What exactly did I get to do… well everything I wanted to.

  • I got to be in Pit Lane, as pit lane marshal
  • I was posted at Pit Out, working a Radar gun
  • I got to wave the green flag when the lights malfunctioned
  • I got to push some Formula E cars around to Parc Ferme
  • I got to steer one of the FE cars instead of a Scrutineer

What more could I possibly ask for?

There were some awesome perks for working this event. After all it was my local race, just about 30 miles from home. Although using public transport it took me longer to get there than it usually does to go to Lime Rock or Pocono Raceway. The organizers provided two nights hotel stay free of charge. We had an awesome pizza party on Saturday which they generously over-estimated allowing me and probably many others to take a few slices back to the hotel to have cold pizza for breakfast. The shuttle buses were provided to get to the track which was super convenient. It was great, and greatly appreciated too!

The series and the races didn’t disappoint either. First of all it was a big and small atmosphere at the same time. Big because there was a lot of clout for this massive international event. But small enough that the whole pit lane and garages filled a relatively small area. The pit lane set up was unique in that the garages faced each other, and therefore when cars were released they shot out at each other slotting into one lane. Even the safety cars and medical cars were electric, provided by BMW and including i3, i8 and an X5 hybrid electric SUV. It was cool to see i3’s with German plates (from Bavaria) and the North American HQ with American (New Jersey) plates. Cars looked identical and yet unique. I loved the little things that were noticeable about them.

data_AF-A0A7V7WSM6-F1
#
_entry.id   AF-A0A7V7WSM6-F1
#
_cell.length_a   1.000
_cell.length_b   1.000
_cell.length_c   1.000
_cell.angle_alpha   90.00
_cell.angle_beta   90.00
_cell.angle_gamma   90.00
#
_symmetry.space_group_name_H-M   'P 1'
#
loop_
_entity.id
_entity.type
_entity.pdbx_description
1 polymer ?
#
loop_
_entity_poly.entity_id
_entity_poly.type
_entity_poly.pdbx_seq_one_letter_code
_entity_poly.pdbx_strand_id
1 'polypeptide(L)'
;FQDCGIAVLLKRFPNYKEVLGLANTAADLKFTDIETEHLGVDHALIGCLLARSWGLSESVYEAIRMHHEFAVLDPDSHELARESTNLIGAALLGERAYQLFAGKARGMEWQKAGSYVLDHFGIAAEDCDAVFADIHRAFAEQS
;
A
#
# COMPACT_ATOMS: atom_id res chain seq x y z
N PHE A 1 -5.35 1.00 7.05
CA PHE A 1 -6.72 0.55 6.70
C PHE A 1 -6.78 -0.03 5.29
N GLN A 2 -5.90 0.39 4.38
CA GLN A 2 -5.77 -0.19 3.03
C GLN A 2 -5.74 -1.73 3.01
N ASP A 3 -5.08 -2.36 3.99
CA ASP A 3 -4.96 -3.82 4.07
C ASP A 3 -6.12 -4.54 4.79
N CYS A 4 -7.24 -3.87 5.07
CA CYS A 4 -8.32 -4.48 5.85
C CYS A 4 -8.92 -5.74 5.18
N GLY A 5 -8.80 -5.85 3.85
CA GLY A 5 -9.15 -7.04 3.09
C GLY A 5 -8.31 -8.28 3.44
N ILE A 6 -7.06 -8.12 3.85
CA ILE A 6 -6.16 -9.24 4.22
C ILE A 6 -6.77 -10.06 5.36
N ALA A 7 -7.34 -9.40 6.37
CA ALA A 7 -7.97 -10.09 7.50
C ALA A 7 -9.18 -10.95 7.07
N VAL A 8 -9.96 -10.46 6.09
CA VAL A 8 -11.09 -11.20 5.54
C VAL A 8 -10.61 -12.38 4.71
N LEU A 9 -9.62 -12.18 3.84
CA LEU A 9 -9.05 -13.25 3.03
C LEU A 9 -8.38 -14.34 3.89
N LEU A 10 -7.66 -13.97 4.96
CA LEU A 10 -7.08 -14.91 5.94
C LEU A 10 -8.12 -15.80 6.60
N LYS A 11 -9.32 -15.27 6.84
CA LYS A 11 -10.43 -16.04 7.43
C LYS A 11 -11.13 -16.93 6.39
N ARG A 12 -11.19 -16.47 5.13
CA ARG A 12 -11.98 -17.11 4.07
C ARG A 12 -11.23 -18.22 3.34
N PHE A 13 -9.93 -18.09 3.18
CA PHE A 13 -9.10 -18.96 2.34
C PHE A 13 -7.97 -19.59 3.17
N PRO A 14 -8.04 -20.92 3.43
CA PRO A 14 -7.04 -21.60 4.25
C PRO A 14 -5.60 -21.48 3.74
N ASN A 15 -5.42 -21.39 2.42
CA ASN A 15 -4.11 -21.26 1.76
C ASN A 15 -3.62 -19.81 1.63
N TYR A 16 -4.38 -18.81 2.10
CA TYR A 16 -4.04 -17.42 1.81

The races were messy, and yet with limited safety car or virtual safety car periods. I managed to sneak a peek at the start on a big screen near pit lane and it was nuts to see all those pieces of body panels flying as cars inevitably bumped into each other on a tight circuit… but they continued. Some cars stopped on track and our fellow F&C marshals got to respond under local yellow to push them into cutouts. Which by the way were awesome. The track set up, including catch fencing and marshal post cutouts were perfect. Nice big holes, marked by orange paint and without sharp fencing edges sticking around. I mean someone did an awesome job designing and executing the set up. It was unlike any other street circuit I’ve done recently for IndyCar or Formula 1 for example. Props to them.